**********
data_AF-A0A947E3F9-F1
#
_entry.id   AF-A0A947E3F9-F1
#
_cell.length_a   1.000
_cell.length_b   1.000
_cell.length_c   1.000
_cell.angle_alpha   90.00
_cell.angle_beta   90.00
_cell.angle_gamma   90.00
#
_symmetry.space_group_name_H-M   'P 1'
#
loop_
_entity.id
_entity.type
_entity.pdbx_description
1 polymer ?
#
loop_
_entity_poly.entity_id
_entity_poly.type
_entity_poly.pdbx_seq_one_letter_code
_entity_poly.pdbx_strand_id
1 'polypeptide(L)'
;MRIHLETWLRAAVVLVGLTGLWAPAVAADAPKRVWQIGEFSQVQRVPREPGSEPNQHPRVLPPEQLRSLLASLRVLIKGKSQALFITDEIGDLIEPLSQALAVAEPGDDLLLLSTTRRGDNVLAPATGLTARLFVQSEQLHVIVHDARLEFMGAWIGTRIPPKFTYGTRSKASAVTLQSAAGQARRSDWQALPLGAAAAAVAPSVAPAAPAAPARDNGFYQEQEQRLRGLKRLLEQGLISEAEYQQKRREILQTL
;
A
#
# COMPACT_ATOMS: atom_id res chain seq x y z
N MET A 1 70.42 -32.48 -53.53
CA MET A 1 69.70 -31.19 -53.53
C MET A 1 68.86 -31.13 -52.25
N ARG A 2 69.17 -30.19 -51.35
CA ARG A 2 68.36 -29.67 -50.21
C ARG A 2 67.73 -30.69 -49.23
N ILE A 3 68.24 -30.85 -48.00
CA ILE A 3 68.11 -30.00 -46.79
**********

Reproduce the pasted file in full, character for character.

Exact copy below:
data_AF-A0A947E3F9-F1
#
_entry.id   AF-A0A947E3F9-F1
#
_cell.length_a   1.000
_cell.length_b   1.000
_cell.length_c   1.000
_cell.angle_alpha   90.00
_cell.angle_beta   90.00
_cell.angle_gamma   90.00
#
_symmetry.space_group_name_H-M   'P 1'
#
loop_
_entity.id
_entity.type
_entity.pdbx_description
1 polymer ?
#
loop_
_entity_poly.entity_id
_entity_poly.type
_entity_poly.pdbx_seq_one_letter_code
_entity_poly.pdbx_strand_id
1 'polypeptide(L)'
;MRIHLETWLRAAVVLVGLTGLWAPAVAADAPKRVWQIGEFSQVQRVPREPGSEPNQHPRVLPPEQLRSLLASLRVLIKGKSQALFITDEIGDLIEPLSQALAVAEPGDDLLLLSTTRRGDNVLAPATGLTARLFVQSEQLHVIVHDARLEFMGAWIGTRIPPKFTYGTRSKASAVTLQSAAGQARRSDWQALPLGAAAAAVAPSVAPAAPAAPARDNGFYQEQEQRLRGLKRLLEQGLISEAEYQQKRREILQTL
;
A
#
# COMPACT_ATOMS: atom_id res chain seq x y z
N MET A 1 70.42 -32.48 -53.53
CA MET A 1 69.70 -31.19 -53.53
C MET A 1 68.86 -31.13 -52.25
N ARG A 2 69.17 -30.19 -51.35
CA ARG A 2 68.36 -29.67 -50.21
C ARG A 2 67.73 -30.69 -49.23
N ILE A 3 68.24 -30.85 -48.00
CA ILE A 3 68.11 -30.00 -46.79